“The line ‘let’s talk more about that’ always tends to reel me in,” another veteran said. “Listen to me a little more. The more they listen to me, the more I am giving out information every word I say.”
“Medical doctors always made me feel in fear that they knew me better than I did,” said a third. “That book-smart stuff scares me off. Doctors have to listen and hear, listen and hear—that’s what develops trust.”
The participants agreed that a comic can be helpful not just for the person reading it, but also for that person’s friends, loved ones and community. “If you educate the right person,” one said, “it gets back to the streets and they share the right information … When there is important information they spread it.”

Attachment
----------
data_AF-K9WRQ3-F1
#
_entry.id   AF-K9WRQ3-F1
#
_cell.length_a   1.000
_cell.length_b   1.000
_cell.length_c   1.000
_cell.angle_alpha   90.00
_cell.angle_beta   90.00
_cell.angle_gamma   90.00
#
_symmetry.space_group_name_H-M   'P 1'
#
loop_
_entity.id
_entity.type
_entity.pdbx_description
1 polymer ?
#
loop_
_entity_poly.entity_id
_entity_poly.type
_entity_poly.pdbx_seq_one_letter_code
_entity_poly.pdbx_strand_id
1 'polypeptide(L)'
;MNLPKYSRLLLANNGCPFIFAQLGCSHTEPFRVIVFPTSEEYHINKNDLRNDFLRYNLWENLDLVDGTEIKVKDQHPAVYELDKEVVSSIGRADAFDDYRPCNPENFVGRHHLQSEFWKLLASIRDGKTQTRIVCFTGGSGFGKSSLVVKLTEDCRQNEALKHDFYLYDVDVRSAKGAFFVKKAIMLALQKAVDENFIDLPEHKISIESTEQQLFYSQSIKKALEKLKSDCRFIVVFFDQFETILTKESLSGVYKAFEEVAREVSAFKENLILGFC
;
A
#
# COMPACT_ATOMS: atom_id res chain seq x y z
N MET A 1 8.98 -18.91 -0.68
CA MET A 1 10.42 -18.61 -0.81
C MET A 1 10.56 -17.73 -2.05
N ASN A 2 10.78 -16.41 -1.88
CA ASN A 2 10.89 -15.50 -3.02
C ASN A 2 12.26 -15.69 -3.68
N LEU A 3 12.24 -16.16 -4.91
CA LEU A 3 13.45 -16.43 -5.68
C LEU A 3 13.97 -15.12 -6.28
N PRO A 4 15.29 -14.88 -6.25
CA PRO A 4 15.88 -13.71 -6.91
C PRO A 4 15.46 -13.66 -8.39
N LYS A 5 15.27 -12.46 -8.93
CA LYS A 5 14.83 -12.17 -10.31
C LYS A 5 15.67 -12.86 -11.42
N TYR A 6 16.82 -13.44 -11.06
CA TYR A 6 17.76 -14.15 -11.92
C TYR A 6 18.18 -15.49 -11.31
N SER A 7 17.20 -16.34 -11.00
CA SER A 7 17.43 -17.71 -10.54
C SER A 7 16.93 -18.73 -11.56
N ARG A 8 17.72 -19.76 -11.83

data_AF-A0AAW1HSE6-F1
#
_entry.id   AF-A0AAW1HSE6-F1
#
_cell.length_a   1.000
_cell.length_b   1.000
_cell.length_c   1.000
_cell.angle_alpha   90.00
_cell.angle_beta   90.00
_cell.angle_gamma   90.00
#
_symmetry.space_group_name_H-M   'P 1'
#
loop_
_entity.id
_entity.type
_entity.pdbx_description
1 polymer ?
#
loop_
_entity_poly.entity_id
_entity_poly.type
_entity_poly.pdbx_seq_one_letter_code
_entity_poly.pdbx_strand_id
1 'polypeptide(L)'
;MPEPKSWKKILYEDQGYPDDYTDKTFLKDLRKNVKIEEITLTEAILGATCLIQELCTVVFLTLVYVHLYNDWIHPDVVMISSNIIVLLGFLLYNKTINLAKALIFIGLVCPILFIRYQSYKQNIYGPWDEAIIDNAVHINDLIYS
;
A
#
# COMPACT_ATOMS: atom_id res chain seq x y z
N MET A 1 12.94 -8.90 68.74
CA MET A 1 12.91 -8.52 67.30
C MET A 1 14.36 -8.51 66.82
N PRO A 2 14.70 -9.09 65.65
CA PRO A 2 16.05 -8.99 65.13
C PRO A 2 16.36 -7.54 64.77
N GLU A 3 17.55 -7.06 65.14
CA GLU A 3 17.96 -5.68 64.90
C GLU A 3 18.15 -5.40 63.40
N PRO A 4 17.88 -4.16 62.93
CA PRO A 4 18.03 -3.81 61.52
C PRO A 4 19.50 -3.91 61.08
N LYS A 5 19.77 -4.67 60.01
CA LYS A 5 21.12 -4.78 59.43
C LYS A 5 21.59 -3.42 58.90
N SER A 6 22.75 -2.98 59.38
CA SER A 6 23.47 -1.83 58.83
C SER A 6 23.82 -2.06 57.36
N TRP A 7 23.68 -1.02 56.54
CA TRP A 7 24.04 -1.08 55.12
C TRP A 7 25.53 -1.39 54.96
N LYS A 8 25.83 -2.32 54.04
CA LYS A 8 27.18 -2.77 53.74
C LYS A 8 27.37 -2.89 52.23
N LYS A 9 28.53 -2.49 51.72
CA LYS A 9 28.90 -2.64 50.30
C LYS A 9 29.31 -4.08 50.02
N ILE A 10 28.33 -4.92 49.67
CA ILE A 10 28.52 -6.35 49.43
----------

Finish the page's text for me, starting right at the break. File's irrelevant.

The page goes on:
Hyde explained how important it is for doctors to change how they approach drug-related injuries or illness, and to realize they already have some knowledge for how to treat patients.
“A very common reaction from providers is, ‘I’ve not seen anyone inject drugs, I don’t feel comfortable talking about this,’” she said. “But you actually do; you put in an IV line, you clean the skin, you use a new needle every time, you know what vein care looks like. So [we’re trying] to connect what they already know with ways to talk with people about staying safe.”
Hyde said the comic will now go to the Veterans Administration, where it will undergo additional edits before being distributed to clinics and hospitals throughout the country.
Images of the comic used with permission from Dr. Hyde